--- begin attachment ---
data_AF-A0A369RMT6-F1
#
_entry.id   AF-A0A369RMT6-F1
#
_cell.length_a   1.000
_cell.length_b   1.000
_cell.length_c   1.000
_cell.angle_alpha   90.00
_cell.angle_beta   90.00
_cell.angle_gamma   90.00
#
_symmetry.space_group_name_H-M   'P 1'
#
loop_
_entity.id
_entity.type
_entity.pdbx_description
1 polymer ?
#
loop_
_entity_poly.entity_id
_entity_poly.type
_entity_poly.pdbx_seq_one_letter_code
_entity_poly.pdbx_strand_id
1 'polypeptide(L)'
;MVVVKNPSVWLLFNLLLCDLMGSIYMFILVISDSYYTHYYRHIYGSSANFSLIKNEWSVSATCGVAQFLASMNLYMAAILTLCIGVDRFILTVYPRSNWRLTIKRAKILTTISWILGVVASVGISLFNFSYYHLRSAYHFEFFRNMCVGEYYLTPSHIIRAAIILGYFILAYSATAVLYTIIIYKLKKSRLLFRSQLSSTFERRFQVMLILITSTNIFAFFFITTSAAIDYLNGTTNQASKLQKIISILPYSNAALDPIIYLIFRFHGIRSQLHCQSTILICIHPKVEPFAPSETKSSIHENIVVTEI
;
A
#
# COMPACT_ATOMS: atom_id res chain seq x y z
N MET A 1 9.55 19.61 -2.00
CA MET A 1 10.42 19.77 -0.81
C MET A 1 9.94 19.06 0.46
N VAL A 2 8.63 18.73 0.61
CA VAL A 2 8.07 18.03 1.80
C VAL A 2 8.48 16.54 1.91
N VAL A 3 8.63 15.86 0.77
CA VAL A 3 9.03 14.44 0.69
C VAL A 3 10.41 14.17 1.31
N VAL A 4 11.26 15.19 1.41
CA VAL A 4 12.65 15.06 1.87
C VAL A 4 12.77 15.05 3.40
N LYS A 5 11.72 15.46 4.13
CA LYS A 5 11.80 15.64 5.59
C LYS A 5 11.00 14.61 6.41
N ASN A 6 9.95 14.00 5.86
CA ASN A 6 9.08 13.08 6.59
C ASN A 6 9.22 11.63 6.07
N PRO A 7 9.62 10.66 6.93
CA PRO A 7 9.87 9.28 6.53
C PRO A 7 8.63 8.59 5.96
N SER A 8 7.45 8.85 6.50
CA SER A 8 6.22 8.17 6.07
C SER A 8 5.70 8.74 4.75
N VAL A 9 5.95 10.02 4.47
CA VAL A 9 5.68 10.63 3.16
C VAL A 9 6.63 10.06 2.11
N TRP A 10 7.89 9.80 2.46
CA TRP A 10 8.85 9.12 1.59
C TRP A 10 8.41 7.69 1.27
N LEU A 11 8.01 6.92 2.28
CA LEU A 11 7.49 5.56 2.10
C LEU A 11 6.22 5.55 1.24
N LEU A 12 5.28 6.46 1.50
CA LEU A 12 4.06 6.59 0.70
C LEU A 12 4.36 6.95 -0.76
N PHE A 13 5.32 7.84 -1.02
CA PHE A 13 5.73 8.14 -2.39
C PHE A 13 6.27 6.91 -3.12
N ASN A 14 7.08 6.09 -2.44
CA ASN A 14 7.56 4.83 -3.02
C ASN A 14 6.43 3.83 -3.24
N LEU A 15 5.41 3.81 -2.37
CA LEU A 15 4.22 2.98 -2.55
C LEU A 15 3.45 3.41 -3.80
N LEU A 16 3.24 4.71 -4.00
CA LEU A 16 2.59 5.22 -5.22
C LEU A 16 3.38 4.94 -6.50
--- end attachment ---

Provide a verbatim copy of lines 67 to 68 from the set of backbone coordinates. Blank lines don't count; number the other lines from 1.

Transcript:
N PHE A 13 5.32 7.84 -1.02
CA PHE A 13 5.73 8.14 -2.39